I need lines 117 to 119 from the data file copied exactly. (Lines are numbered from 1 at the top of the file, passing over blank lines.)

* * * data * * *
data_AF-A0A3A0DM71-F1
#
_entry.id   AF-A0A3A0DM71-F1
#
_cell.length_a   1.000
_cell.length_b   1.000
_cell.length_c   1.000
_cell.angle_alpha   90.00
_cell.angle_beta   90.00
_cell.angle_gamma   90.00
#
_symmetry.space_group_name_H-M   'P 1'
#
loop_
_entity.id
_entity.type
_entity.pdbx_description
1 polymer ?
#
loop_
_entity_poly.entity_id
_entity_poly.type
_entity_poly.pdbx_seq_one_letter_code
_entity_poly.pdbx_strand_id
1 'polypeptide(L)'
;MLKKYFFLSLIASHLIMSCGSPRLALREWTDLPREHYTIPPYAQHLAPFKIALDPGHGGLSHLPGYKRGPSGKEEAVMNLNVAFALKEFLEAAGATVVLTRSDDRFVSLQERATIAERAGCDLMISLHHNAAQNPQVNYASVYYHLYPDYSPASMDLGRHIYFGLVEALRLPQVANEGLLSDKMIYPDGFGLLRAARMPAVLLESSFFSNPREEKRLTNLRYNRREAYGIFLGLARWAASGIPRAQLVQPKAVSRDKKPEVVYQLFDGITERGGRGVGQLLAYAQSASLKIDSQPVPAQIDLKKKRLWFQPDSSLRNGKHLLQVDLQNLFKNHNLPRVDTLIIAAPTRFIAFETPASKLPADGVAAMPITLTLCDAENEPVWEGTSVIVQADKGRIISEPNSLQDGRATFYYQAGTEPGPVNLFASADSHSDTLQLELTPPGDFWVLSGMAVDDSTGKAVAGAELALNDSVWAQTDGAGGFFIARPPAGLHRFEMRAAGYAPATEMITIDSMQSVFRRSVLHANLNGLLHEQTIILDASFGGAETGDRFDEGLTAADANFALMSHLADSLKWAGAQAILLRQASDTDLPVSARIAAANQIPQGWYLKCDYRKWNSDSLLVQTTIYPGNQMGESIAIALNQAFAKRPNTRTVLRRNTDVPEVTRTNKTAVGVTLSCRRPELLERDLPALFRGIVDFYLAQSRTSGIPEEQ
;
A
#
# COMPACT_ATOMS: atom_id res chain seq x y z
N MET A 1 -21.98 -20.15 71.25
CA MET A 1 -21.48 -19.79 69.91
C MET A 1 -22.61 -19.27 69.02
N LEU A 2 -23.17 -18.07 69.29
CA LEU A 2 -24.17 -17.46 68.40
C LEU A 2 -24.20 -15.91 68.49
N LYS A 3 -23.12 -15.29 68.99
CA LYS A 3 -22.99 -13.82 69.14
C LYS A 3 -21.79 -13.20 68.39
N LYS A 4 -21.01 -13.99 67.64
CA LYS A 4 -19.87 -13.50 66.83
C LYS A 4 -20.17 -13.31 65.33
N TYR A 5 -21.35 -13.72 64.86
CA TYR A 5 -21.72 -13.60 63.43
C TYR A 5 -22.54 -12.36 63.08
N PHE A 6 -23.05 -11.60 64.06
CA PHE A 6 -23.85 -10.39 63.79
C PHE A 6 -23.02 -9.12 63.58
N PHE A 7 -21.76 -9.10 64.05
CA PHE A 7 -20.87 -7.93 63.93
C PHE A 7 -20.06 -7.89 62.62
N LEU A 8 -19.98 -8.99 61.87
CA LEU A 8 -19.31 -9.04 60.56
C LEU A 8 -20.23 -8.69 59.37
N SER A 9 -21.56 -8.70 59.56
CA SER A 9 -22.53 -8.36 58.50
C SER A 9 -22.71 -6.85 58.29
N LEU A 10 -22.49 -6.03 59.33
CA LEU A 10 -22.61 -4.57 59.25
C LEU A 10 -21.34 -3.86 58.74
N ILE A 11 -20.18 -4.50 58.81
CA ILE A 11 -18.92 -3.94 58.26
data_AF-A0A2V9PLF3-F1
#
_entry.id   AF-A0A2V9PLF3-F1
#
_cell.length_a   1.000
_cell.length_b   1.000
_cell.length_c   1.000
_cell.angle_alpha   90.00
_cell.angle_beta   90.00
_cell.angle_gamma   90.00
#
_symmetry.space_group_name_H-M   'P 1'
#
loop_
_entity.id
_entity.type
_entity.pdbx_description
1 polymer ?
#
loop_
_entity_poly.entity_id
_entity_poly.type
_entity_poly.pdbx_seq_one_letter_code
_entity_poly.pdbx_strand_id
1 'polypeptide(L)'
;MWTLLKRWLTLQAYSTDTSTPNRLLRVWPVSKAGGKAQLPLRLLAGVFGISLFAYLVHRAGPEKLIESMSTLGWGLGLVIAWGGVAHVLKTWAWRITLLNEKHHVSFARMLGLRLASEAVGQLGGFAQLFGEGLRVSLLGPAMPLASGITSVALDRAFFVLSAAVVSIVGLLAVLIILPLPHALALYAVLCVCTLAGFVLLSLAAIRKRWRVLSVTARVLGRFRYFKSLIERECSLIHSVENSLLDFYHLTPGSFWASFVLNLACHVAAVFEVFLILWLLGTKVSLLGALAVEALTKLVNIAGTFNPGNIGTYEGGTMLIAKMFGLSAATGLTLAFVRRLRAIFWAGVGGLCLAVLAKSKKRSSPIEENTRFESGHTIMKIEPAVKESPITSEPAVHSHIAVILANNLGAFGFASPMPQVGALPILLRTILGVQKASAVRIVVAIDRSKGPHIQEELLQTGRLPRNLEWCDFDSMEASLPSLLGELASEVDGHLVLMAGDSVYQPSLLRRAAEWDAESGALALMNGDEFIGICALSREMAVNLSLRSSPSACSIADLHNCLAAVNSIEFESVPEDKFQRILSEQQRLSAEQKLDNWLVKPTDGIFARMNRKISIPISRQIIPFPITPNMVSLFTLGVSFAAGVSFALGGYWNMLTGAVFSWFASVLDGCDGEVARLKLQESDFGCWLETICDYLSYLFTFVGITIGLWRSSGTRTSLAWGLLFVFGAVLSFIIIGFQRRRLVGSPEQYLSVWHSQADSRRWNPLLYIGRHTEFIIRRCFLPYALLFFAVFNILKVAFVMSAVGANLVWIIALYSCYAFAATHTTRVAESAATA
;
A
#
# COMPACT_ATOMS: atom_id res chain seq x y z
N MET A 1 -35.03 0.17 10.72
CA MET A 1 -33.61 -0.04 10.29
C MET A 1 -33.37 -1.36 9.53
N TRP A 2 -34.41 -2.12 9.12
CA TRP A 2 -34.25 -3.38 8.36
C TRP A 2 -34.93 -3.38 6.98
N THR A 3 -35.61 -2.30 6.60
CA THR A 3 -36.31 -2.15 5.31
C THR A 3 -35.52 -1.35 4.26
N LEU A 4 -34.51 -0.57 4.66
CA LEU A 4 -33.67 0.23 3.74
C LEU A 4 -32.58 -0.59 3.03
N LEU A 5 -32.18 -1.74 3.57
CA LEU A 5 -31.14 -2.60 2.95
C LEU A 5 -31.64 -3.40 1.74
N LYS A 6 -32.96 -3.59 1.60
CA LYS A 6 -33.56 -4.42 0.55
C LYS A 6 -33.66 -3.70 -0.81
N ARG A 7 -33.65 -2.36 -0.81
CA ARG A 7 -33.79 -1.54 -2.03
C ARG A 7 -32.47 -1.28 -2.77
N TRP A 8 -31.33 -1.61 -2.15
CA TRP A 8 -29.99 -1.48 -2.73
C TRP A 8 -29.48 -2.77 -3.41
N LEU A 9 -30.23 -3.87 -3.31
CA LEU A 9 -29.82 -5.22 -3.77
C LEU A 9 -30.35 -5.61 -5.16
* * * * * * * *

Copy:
N LEU A 9 -30.23 -3.87 -3.31
CA LEU A 9 -29.82 -5.22 -3.77
C LEU A 9 -30.35 -5.61 -5.16